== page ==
What is the difference between an antiquarian bookshop and a second- hand bookshop?
Antiquarian books are books that are collected for their oddity, rarity, beauty, binding and so on. Second-hand books are much superior, because they have to be read. There is nothing much else to do with them.
So a second-hand bookseller is superior to an antiquarian bookseller?
In every respect but price, yes.
Are second-hand books cheaper than antiquarian books?
Generally, they are cheaper than any kind of book. It is usually cheaper to buy a good second-hand hardback of a book than a new paperback.
Good heavens. So why don't people always go for second-hand books?
The only plausible explanation is that they are afraid of getting diseases from second-hand books.
Good heavens again. Is it possible to get diseases from second-hand books?
Certainly. An exhaustive study of second-hand booksellers shows that they are more prone than other people to deafness, coughing, frowning, unwillingness to make eye contact, and inability to remember if they have a Humour section or not.
In what way does this deafness show itself?
When you go into a second-hand bookshop and try, but fail, to make eye contact with the owner, you then start looking through the books until you find one that you want. You then look for the price, but either you can't find it or you find three different prices pencilled in, two of which were levied on the last two times the book changed hands, so you say loudly: "What's the actual price of this book?" to which the owner does not reply.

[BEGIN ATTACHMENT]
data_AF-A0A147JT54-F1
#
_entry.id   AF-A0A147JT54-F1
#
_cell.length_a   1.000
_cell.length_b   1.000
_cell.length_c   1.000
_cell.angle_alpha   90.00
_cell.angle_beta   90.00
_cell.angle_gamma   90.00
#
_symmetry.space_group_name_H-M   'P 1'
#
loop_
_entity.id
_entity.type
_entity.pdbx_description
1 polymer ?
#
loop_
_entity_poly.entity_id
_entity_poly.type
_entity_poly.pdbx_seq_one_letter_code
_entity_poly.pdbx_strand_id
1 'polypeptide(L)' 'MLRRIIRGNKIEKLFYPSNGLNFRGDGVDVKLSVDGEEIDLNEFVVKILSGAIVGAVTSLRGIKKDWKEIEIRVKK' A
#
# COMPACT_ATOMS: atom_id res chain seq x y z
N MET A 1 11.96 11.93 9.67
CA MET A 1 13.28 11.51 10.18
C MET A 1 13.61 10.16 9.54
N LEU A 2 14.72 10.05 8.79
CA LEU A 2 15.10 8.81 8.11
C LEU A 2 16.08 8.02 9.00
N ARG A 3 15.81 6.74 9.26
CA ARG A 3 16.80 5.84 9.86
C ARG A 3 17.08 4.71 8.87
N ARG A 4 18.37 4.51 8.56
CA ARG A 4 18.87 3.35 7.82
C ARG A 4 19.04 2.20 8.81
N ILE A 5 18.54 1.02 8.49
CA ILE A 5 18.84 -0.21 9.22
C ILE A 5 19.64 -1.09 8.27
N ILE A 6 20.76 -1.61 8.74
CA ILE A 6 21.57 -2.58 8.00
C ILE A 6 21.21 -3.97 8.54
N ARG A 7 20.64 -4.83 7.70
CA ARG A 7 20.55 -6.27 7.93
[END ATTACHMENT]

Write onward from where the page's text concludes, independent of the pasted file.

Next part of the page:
Because he is a deaf git?
Sometimes, but generally the real answer is that if the bookseller preserves a discreet silence, you might agree to pay the higher price out of impatience or sheer embarrassment.
If there are so many second-hand bookshops, why are there no second-hand video tape shops? Surely videos are, for many people, what books used to be. So why isn't there an equivalent resale sector?
Books and videos occupy an entirely different culture. For instance, a book borrowed from a library is something you take home and enjoy at leisure, for two or three weeks. A video is borrowed overnight. It is a cultural one-night stand. Video shops do sell second-hand videos, but they're not called "second-hand", they're called, rather unattractively, "ex-rental". Everything in a video shop is geared up to an evening at home, which is why they also sell sweets, crisps, soft drinks and basic groceries. Everything in a second-hand bookshop is geared to the belief that people have no existence outside bookshops. This may, incidentally, be true. However well you know your local second-hand bookseller, you never bump into him in the street. Maybe he only exists in his shop ...
Why do some second-hand bookshops mark the prices in a strange code, so that instead of it saying pounds 3.50, it might say B/TQ? Is this to make it harder for the customer to haggle, or is it because the bookseller can't decide what to charge?
No, it's so that the bookseller can look at the customer and decide how much he can sting him. We recommend that whenever you find such a coded price pencilled in, you rub it out and write X/BT instead.
What does that mean?
Haven't the faintest idea. But nor will the bookseller.
Why is the music in second-hand bookshops always Mozart?
Because he is out of copyright.
Finally, why do second-hand bookshops sell books that nobody in their right minds could possibly want to buy?
I am always seeing copies of `The Good Pub Guide 1983' for sale. Why, for heaven's sake, would anyone want to have a 13-year-old pub guide?
Let me ask you a question. I am always passing pubs that have stickers in the window reading: "We are in The 1983 Good Pub Guide," and nothing later. Why haven't they taken them down?
I don't know. Why?
To cater for all the people who don't buy pub guides unless they're over 10 years old.
Copies of this guide to second-hand bookshops available from me, only 30p ... OK, 20p. Or 10p? OK, free, then. But that's my final offer.